So why did a sexy pirate girl get added to Syfy's Neverland?

Contributed by
Dec 16, 2012

When it comes to his new Syfy miniseries, Neverland, English writer/director Nick Willing admits that although he loved the classic adventure tale Peter Pan as a child, he wanted to know more about the story.

"I always wondered, where did Peter Pan come from?" said Willing in an exclusive interview. "What happened? Why did he get in there? How did he get there? Because that book, it doesn't say much about where he came from or where the Lost Boys came from. And so that started me thinking, and how did they get to this place called Neverland? Why are there pirates and fairies and Indians there, and crocodiles?"

And a female pirate?

"Well, I made her a girl 'cause there are too many men in this story. I had to have a nice, sexy girl, but you know that's really how it started. I've never seen that story. I thought that was fresh and new. You know, I now read that many other people are going to do it in Hollywood as a movie, they're writing their own versions of the prequel to Peter Pan, but when I pitched it in 2009, nobody had even thought of such a thing," he said.

Syfy's four-hour miniseries is indeed a prequel to Peter Pan that delves into how Peter met Wendy, how the Lost Boys got lost and how Hook became a Captain. Neverland premieres Sunday, Dec. 4, and Monday, Dec. 5, at 9 p.m. ET, and stars Rhys Ifans as James Hook, Anna Friel as Captain Elizabeth Bonny, Bob Hoskins as Smee, Keira Knightley as the voice of Tinker Bell, and Charlie Rowe as Peter Pan.

"Oh boy, I mean, it's huge. It's huger than the other ones I've done. It's massive. It's the best one, I think. I mean, it's certainly the most worked-on and crafted. It's the most one that I've ... I think I'm just getting the hang of this, really," said Willing with a laugh.

As if. Willing wrote and directed two other hit miniseries for Syfy inspired by classics, Tin Man based on The Wizard of Oz and Alice based on Alice's Adventures in Wonderland (aka Alice in Wonderland).

"I've got 2,200 visual effects shots, which is almost twice the number I had in Tin Man, and Tin Man was a six-hour and this is a four-hour."

Neverland has "virtual worlds, so we're in forests that are totally made of 3-D forests with snow and mist and ice, and then we cut and they're on a beach in this weird Neverland landscape with islands and thieves and so on. And it doesn't stop," he said. "It keeps taking you to new, weird and beautiful worlds. And it never lets up."

Willing believes, "it's quite extraordinary how visual effects have developed, but these are very designed and very beautiful, and that's what turns me on. It's the world, I think, is extraordinary. [The] ice forest, we have it shrouded in mists in which it's perpetually snowing. And we have an entire city that has grown out of the trees that looks like ancient. ... It looks like Rome circa 1500. You know, a renaissance Rome, except it's grown out of trees, vines, branches all twisty twirly, grown together to form buildings. It's so pretty. And that's just night one [laughs] ... before we've even gotten to the fairy kingdom and the dark caves and all that sort of stuff. So yeah, it's very beautiful."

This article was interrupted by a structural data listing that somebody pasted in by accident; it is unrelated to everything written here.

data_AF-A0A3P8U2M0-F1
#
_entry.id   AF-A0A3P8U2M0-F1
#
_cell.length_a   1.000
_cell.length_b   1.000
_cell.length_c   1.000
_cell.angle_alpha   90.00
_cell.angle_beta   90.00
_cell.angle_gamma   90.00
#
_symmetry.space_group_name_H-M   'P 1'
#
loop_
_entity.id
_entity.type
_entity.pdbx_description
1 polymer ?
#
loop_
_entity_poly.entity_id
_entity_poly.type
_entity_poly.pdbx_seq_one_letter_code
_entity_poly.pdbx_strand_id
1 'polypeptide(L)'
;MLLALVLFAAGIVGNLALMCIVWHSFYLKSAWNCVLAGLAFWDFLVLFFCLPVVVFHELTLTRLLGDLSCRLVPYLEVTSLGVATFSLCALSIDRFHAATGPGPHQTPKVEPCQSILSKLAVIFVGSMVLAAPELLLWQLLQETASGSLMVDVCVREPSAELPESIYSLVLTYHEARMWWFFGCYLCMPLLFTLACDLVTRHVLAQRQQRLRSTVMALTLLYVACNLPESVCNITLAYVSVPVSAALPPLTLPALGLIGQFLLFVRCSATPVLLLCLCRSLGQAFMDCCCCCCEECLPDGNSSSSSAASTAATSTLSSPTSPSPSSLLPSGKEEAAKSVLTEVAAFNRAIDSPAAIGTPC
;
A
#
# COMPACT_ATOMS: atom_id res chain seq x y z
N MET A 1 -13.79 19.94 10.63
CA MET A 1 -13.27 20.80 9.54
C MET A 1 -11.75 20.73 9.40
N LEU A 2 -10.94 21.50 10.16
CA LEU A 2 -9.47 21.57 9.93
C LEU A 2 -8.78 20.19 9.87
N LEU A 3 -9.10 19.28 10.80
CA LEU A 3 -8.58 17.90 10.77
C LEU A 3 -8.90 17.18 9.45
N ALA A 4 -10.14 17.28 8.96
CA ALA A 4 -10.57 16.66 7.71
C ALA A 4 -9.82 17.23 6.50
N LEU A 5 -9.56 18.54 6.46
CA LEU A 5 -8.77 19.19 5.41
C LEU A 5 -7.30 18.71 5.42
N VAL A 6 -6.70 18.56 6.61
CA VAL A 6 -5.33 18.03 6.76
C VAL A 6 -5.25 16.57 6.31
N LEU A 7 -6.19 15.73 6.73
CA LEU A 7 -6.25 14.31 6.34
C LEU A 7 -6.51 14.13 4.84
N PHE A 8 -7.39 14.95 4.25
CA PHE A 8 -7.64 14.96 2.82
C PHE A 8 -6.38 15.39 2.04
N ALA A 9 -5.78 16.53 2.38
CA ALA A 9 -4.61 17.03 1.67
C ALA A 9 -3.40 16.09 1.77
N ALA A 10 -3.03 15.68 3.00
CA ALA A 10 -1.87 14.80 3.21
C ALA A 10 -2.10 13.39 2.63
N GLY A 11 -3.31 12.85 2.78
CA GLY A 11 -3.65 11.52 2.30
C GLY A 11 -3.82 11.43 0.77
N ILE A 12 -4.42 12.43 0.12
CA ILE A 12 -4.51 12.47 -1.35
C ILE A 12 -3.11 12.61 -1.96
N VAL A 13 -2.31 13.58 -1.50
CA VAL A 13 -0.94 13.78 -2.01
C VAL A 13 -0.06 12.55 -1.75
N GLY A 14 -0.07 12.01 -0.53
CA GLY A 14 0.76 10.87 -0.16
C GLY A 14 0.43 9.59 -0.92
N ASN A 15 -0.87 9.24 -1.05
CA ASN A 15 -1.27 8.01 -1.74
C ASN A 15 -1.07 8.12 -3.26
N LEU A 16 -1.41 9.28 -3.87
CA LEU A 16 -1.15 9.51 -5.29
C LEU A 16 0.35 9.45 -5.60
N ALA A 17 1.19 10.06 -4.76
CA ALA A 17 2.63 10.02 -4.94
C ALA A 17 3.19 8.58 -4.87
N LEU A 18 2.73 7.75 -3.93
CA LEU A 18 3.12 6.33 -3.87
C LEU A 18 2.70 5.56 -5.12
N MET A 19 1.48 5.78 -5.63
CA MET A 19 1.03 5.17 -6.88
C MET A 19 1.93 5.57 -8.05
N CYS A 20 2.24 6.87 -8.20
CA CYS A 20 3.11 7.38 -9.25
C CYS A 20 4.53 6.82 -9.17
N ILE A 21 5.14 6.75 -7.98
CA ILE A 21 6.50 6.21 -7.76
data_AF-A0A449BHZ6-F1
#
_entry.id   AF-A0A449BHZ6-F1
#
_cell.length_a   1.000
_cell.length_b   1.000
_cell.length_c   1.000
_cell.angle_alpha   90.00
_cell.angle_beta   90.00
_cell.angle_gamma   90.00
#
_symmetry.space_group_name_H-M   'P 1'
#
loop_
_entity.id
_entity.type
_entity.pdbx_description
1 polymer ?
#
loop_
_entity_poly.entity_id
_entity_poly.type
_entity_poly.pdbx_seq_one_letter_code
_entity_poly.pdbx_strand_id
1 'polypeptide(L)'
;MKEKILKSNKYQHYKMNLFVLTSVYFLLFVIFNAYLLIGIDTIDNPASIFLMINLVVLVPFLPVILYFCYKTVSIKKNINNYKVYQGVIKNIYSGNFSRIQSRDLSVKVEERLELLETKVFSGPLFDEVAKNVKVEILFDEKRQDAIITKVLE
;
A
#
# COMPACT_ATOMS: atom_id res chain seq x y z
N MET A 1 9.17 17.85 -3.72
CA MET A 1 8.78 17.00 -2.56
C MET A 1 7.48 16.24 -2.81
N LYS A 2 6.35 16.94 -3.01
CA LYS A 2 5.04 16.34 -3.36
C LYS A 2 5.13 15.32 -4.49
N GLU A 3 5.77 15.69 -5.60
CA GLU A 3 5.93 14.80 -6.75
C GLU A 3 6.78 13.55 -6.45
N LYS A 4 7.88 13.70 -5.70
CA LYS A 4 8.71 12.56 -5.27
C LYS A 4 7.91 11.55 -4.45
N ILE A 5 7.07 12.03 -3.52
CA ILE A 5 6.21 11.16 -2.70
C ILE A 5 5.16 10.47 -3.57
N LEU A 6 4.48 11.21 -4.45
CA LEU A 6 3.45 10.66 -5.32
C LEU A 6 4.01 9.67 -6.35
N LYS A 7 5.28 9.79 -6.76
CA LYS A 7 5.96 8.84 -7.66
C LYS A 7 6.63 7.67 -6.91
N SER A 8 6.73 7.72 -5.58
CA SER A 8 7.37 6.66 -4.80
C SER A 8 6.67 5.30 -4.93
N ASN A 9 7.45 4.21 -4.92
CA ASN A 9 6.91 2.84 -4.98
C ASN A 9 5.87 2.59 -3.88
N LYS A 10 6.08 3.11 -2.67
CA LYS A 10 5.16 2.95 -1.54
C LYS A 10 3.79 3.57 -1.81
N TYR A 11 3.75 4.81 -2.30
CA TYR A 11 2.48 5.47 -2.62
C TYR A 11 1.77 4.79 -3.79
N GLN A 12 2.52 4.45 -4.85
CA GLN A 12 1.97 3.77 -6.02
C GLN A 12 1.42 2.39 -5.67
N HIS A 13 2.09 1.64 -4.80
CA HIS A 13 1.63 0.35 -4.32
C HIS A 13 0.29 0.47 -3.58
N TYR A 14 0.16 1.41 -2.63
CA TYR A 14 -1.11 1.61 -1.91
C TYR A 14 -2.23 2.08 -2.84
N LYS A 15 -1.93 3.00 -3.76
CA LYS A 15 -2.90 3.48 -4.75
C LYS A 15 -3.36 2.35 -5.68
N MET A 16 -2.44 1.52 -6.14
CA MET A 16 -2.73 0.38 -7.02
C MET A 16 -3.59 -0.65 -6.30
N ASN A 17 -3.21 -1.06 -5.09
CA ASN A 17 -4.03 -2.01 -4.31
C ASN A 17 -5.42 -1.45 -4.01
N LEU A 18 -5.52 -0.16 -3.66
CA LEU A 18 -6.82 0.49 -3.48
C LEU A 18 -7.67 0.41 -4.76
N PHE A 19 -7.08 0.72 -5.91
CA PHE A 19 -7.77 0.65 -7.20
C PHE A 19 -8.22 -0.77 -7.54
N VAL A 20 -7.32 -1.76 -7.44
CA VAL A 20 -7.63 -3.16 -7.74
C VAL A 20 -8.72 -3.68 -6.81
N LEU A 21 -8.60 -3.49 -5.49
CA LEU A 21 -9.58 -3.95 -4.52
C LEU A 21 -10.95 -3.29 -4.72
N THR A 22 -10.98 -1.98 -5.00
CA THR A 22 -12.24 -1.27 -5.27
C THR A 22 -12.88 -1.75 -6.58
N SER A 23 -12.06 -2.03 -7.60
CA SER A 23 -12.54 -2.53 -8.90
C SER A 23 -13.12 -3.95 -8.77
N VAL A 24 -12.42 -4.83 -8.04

But as usual, Willing focuses on his characters, exploring deeper issues at the core of the classic story.

"It's about a little boy who wanted to grow up and be like his hero, Jimmy, who taught him how to sword-fight on the streets in London," said Willing. "He works for sort of a Fagin character he reveres, and then they steal one thing and it winds him up in a magical world in a planet two stars to the left and straight until morning, which is at the other end of the universe. And it is there that they are abducted by pirates, one of whom is a very sexy female pirate."

According to the English director: "It's really an exploration into the relationship between a villain and a hero. But also how friends turn against each other and why and how, in a sense, both of them suffer. If anything, it's Hook who suffers from a Peter Pan syndrome more than the little boy. ... It's kind of psychological story, but it's set against this massive backdrop of fantasy landscapes like I've never done before."

When it comes to Hook, "He's kind of crazy and part of what's extraordinary about him is to see how he transforms from this rather stiff, frozen, repressed Edwardian gentleman into the crazy fiend, into the Captain Hook that we all know and love. And why he does that ... 'Cause just one of the things that interested me is analyzing the nature of villainy and how and why people become evil so easily," he said.

Regarding whether Neverland should be four hours long or six hours long, "Oh, I think I'd be dead if it was six ... Tin Man literally nearly almost killed me. I was just going, you know, that was a very, very hard ... I mean, very enjoyable and fun, but kind of crazy."

While he admits Neverland was more than a challenge for him, "I'm very proud of this one. It's I think the best one of the three so far, although it's difficult for me. I always think that whenever I've made a movie. But I'm fascinated to see how it's received, particularly in America. I think it's something that's I've designed specifically for the Syfy audience. I'm very keen to see how it goes down over there."

That is something we'll find out very, very soon.

Here's a look:

Are you ready for a Peter Pan and Captain Hook origin story?

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